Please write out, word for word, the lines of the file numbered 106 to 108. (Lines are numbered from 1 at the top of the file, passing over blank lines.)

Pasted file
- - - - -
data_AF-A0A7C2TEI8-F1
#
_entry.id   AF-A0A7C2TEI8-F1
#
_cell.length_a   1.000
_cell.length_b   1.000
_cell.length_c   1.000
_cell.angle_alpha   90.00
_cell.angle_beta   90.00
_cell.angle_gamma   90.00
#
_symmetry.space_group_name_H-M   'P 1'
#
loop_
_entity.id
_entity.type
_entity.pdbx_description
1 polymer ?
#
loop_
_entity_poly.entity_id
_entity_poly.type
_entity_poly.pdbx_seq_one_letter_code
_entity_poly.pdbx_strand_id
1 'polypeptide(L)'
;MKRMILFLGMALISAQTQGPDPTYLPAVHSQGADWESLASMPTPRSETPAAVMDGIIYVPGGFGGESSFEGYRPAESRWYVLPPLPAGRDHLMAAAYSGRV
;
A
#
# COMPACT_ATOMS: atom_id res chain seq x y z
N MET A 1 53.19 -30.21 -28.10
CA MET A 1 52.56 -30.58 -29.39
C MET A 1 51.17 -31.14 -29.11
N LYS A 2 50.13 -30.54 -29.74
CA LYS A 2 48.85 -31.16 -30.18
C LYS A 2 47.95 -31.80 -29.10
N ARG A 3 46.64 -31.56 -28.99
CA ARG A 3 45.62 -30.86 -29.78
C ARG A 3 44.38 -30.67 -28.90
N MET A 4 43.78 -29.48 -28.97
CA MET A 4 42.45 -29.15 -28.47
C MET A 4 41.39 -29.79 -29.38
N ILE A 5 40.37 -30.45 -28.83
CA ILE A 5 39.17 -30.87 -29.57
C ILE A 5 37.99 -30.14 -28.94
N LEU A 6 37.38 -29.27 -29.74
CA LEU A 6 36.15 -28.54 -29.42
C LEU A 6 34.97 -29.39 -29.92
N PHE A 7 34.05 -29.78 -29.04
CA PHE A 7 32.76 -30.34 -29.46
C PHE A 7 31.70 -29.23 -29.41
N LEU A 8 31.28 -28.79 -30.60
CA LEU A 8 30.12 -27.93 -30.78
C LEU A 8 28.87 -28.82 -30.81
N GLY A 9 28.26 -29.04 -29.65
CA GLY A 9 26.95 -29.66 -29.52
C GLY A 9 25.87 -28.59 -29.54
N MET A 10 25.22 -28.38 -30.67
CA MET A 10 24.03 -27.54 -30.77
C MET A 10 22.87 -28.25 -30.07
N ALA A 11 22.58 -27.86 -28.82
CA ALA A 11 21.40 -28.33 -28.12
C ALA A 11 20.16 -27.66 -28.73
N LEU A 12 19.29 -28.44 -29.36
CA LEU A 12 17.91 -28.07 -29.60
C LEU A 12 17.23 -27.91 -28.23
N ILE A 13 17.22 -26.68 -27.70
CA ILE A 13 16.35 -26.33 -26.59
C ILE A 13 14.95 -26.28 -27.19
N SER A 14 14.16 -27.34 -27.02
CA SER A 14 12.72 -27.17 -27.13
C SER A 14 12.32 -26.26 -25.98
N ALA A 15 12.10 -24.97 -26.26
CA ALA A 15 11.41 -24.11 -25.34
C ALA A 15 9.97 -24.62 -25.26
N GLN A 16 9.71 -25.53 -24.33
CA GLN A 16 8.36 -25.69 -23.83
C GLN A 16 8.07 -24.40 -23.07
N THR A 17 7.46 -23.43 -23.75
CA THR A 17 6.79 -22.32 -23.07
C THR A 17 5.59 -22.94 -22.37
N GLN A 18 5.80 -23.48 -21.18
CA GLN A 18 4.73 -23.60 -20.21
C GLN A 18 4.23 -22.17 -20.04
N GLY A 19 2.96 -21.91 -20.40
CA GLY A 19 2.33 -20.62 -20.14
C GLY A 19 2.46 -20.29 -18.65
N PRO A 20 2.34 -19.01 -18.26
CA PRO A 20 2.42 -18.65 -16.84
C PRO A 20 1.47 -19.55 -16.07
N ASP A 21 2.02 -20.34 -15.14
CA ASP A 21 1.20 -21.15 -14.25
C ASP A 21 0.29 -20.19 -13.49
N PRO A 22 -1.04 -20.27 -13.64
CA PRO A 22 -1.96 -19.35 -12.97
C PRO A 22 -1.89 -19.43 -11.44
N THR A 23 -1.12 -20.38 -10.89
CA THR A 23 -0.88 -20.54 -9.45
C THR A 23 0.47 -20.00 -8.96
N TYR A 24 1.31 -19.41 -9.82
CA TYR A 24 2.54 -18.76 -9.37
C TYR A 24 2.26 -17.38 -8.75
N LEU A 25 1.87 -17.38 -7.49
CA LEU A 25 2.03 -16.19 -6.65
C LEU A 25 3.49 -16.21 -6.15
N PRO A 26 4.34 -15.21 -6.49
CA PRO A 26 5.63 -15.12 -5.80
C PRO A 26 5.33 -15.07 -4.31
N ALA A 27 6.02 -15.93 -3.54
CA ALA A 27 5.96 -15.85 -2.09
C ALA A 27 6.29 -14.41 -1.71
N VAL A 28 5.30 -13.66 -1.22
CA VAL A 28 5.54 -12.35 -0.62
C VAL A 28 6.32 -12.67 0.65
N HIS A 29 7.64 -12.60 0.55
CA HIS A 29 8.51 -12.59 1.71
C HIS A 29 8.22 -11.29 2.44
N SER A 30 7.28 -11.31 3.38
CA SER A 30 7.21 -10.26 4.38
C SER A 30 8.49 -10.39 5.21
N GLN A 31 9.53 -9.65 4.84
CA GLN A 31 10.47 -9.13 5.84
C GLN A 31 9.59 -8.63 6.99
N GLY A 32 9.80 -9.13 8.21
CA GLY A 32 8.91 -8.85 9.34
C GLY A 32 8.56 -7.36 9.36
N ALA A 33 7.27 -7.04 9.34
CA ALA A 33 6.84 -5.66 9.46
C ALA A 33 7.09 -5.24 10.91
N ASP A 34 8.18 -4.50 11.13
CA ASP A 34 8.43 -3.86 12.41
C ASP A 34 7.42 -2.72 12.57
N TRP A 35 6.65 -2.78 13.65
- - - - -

N PRO A 26 4.34 -15.21 -6.49
CA PRO A 26 5.63 -15.12 -5.80
C PRO A 26 5.33 -15.07 -4.31